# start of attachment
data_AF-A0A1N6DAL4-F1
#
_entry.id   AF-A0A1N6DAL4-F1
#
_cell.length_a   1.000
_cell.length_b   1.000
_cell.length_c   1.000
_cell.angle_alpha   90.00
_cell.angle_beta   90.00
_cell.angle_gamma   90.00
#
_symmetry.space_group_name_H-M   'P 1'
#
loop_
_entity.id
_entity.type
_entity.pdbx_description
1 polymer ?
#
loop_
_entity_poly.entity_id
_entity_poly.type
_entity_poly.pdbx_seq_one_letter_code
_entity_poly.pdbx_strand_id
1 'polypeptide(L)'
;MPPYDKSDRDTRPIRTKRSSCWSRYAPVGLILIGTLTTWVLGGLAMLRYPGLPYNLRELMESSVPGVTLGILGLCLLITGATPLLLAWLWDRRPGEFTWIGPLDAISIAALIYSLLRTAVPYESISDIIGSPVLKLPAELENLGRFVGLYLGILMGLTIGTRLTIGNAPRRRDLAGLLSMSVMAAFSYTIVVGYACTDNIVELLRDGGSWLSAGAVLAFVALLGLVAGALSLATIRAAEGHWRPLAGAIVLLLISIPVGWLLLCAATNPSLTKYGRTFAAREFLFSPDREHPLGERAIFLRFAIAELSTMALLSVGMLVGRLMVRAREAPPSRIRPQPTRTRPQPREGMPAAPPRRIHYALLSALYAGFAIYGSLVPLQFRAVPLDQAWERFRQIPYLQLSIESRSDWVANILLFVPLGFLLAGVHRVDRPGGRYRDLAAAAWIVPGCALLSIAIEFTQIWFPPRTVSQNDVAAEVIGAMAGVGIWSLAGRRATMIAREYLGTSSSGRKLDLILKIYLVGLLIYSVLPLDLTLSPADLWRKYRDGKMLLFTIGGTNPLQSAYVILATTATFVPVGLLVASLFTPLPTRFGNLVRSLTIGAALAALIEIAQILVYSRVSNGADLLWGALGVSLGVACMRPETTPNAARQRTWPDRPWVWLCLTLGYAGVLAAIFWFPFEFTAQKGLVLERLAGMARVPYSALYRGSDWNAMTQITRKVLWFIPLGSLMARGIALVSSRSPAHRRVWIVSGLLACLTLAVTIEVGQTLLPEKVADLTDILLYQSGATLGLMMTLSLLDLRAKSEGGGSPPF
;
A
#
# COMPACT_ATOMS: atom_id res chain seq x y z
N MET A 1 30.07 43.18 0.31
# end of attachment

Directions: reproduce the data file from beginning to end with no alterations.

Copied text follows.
data_AF-A0A1N6DAL4-F1
#
_entry.id   AF-A0A1N6DAL4-F1
#
_cell.length_a   1.000
_cell.length_b   1.000
_cell.length_c   1.000
_cell.angle_alpha   90.00
_cell.angle_beta   90.00
_cell.angle_gamma   90.00
#
_symmetry.space_group_name_H-M   'P 1'
#
loop_
_entity.id
_entity.type
_entity.pdbx_description
1 polymer ?
#
loop_
_entity_poly.entity_id
_entity_poly.type
_entity_poly.pdbx_seq_one_letter_code
_entity_poly.pdbx_strand_id
1 'polypeptide(L)'
;MPPYDKSDRDTRPIRTKRSSCWSRYAPVGLILIGTLTTWVLGGLAMLRYPGLPYNLRELMESSVPGVTLGILGLCLLITGATPLLLAWLWDRRPGEFTWIGPLDAISIAALIYSLLRTAVPYESISDIIGSPVLKLPAELENLGRFVGLYLGILMGLTIGTRLTIGNAPRRRDLAGLLSMSVMAAFSYTIVVGYACTDNIVELLRDGGSWLSAGAVLAFVALLGLVAGALSLATIRAAEGHWRPLAGAIVLLLISIPVGWLLLCAATNPSLTKYGRTFAAREFLFSPDREHPLGERAIFLRFAIAELSTMALLSVGMLVGRLMVRAREAPPSRIRPQPTRTRPQPREGMPAAPPRRIHYALLSALYAGFAIYGSLVPLQFRAVPLDQAWERFRQIPYLQLSIESRSDWVANILLFVPLGFLLAGVHRVDRPGGRYRDLAAAAWIVPGCALLSIAIEFTQIWFPPRTVSQNDVAAEVIGAMAGVGIWSLAGRRATMIAREYLGTSSSGRKLDLILKIYLVGLLIYSVLPLDLTLSPADLWRKYRDGKMLLFTIGGTNPLQSAYVILATTATFVPVGLLVASLFTPLPTRFGNLVRSLTIGAALAALIEIAQILVYSRVSNGADLLWGALGVSLGVACMRPETTPNAARQRTWPDRPWVWLCLTLGYAGVLAAIFWFPFEFTAQKGLVLERLAGMARVPYSALYRGSDWNAMTQITRKVLWFIPLGSLMARGIALVSSRSPAHRRVWIVSGLLACLTLAVTIEVGQTLLPEKVADLTDILLYQSGATLGLMMTLSLLDLRAKSEGGGSPPF
;
A
#
# COMPACT_ATOMS: atom_id res chain seq x y z
N MET A 1 30.07 43.18 0.31